Tell someone that you read Bible stories to the babies and toddlers in your early childhood ministry, and you may hear questions like this:
Aren’t they too young for that?
What could they possibly remember about Bible stories?
Shouldn’t we wait until they are old enough to understand Scripture before we start reading it to them?
These questions overlook the exciting opportunities we have to introduce young children to God’s Word right from the start. Decades of research on early brain development, neuroplasticity, and literacy development point to the importance of repeated exposure to print starting in infancy. Doing so helps young children develop familiarity and then fluency with reading. If early childhood experts are advocating the importance of reading to young children right from the start, why should our ministry practices be any different? After all, we can support reading literacy and biblical literacy with the same books!
Your early childhood ministry can present Bible stories to infants, toddlers, and preschoolers in many ways. Here are nine tips to try:
- Read Bible stories to babies and toddlers in a warm, engaging way. Provide cozy seating so caregivers can read Bible stories to little ones as they hold them in their arms or lap. These times of closeness will help children build positive associations between hearing stories of God’s people and feeling close to trusted caregivers.
- Play the Bible! Look for playsets (Noah’s ark and the nativity are more common) along with Bible time costumes and puppets of animals in Bible stories. Model how children can build with blocks to make a temple like Solomon built, or use blue fabric to reenact the story of the Red Sea parting.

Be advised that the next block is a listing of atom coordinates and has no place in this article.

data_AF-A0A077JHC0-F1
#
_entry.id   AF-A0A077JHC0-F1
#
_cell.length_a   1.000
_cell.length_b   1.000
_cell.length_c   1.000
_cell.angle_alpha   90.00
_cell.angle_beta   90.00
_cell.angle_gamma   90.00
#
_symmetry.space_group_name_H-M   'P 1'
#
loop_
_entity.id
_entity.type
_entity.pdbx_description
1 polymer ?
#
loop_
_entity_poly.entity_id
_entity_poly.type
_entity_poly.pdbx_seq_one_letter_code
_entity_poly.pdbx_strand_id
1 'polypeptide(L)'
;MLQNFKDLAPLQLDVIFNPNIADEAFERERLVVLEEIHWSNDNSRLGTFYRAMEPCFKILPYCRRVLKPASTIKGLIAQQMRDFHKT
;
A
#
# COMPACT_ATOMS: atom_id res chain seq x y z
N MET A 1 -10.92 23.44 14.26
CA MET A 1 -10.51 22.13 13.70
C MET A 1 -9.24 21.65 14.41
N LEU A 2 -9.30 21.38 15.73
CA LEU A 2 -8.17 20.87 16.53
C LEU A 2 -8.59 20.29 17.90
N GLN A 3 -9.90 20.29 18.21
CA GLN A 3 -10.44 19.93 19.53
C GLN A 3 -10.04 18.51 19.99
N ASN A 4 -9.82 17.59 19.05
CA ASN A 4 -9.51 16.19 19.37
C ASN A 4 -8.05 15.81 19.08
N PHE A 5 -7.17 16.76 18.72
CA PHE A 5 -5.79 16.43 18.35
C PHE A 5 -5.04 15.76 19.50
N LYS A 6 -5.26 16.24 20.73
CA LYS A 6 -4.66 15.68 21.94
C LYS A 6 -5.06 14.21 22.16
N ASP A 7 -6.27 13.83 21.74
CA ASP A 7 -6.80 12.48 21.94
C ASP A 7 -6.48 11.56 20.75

- Sing the Bible. Teach simple songs written about Bible stories, like “Rise and Shine,” and “Zacchaeus Was a Wee Little Man.” You can also sing songs based on Bible verses, like “This Is the Day the Lord Has Made.”
- Emphasize Bible stories about babies and animals. Young children feel connected to other children and to animals. Bible stories that feature these characters will be especially appealing. Think Noah’s animal pairs, baby Moses in the basket, the lions in the den, and baby Jesus.
- Say prayers from the Bible. Several scripture verses can be spoken as simple prayers. (Start with Numbers 6:24.) Pair the words with a gentle touch of blessing to providing a multisensory way for little ones to see, hear, and feel God’s Word.
- Provide a range of Bible storybooks. When little ones can see pictures paired with the words of a Bible story, they remember the details more vividly. Even better, provide several kinds of durable Bible storybooks made of cloth, vinyl, or sturdy board so they can hold and explore them with little fingers and mouths.
- Point out that grown-ups read from Bibles too. Over the years, we want children to graduate from baby Bibles to lengthier story Bibles to full-text Bibles. When they see that Christians never stop reading and learning from their Bibles, they will develop a deeper understanding of how the Bible plays a central role in our Christian faith, no matter our age.
- Related to Tip 7, show kids how you use your own Bible. Young children are interested in the lives of the grown-ups who care for them. Show them the marked-up pages of your own Bible and tell stories about it. Who gave you this Bible? Where has it traveled? What are ways you mark verses that have important meaning for you?
- Equip parents! No matter how great our early childhood ministry may be, its impact is amplified when parents feel equipped and confident to keep faith practices going at home. Plan to show and tell parents how you use the Bible during your time with their children. Even better? Plan parent-child classes when they can explore God’s word together.
The next time someone asks about what is happening in your early childhood ministry, emphasize that you are going far beyond babysitting—you are introducing the next generation of Christians to God’s Word!